- Associated Press - Wednesday, December 10, 2014

MONTGOMERY, Ala. (AP) - Alabama’s small, but highly rated pre-kindergarten program for 4-year-olds will be growing because of a federal grant announced Wednesday.

Alabama is getting $17 .5 million in development grants as federal officials award more than $226 million to 18 states, U.S. Secretary of Education Arne Duncan and Health and Human Services Secretary Sylvia Burwell announced. The grants are renewable for three more years.

The development grants are meant to help states with small preschool programs or none at all, officials said in a written statement. Federal officials said they expect the grants to help states develop high-quality preschool programs in urban, suburban and rural communities.

Allison Muhlendorf, executive director of the nonpartisan Alabama School Readiness Alliance, said the grant will mean Alabama can move more quickly toward its goal of making high-quality, voluntary pre-kindergarten programs available to all 4-year-olds. The alliance has worked with the Legislature and governor to increase funding for the program in recent years.

Gov. Robert Bentley said he has been pushing to expand the program because it works. “A strong foundation is critical to a child’s education, and Alabama’s First Class voluntary pre-k program provides that to the children who are able to participate,” he said.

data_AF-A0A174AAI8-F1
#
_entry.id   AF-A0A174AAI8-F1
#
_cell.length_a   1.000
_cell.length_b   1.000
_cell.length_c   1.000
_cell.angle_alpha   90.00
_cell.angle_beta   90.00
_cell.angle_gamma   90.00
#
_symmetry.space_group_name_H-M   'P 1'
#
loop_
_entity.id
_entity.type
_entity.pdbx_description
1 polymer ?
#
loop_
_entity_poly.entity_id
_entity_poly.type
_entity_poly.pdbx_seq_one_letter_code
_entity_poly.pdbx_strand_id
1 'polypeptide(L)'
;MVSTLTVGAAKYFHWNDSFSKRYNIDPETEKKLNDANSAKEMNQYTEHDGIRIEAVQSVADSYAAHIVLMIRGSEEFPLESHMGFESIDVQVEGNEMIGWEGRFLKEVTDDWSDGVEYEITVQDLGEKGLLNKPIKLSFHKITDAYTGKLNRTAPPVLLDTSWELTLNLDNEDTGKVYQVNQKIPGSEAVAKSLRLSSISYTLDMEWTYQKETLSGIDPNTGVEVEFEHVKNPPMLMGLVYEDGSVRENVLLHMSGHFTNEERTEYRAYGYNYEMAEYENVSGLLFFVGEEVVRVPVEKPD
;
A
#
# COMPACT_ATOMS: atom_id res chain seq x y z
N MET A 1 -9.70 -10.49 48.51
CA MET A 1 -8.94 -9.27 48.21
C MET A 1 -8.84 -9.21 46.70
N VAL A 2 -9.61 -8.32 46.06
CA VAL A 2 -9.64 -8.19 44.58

Currently, 12 percent of Alabama’s 4-year-olds, or about 7,370 children, are enrolled in 410 classrooms across the state. The program has a state budget of $38.5 million for this school year. State officials said that if the federal grant is renewed for the next three years, which they expect to happen, then Alabama could add 400 more classrooms serving 7,200 additional students.

The program is managed by the Alabama Department of Children’s Affairs, and the classes are offered through public and private programs.

In May, the National Institute for Early Education Research said Alabama is one of only four states with pre-K programs that meet all 10 of its quality benchmarks. State test results from 2013 showed that every third grader who had been through the pre-K program scored proficient or above in reading.

Eufaula businessman Bob Powers, co-chairman of the alliance’s Pre-K Task Force, said the federal grant shows Alabama’s program is on the right track.

The task force recently announced that it’s planning to ask the Legislature to increase the state allocation by $13.2 million to help boost enrollment over 10,000. Powers and Muhlendorf said that remains the goal for the legislative session beginning in March.

Gov. Robert Bentley planned a news conference Monday afternoon to comment on the grant.

Other Southern states awarded grants were Tennessee and Virginia at $17.5 million each, Arkansas at $15 million and Louisiana at $2.4 million.


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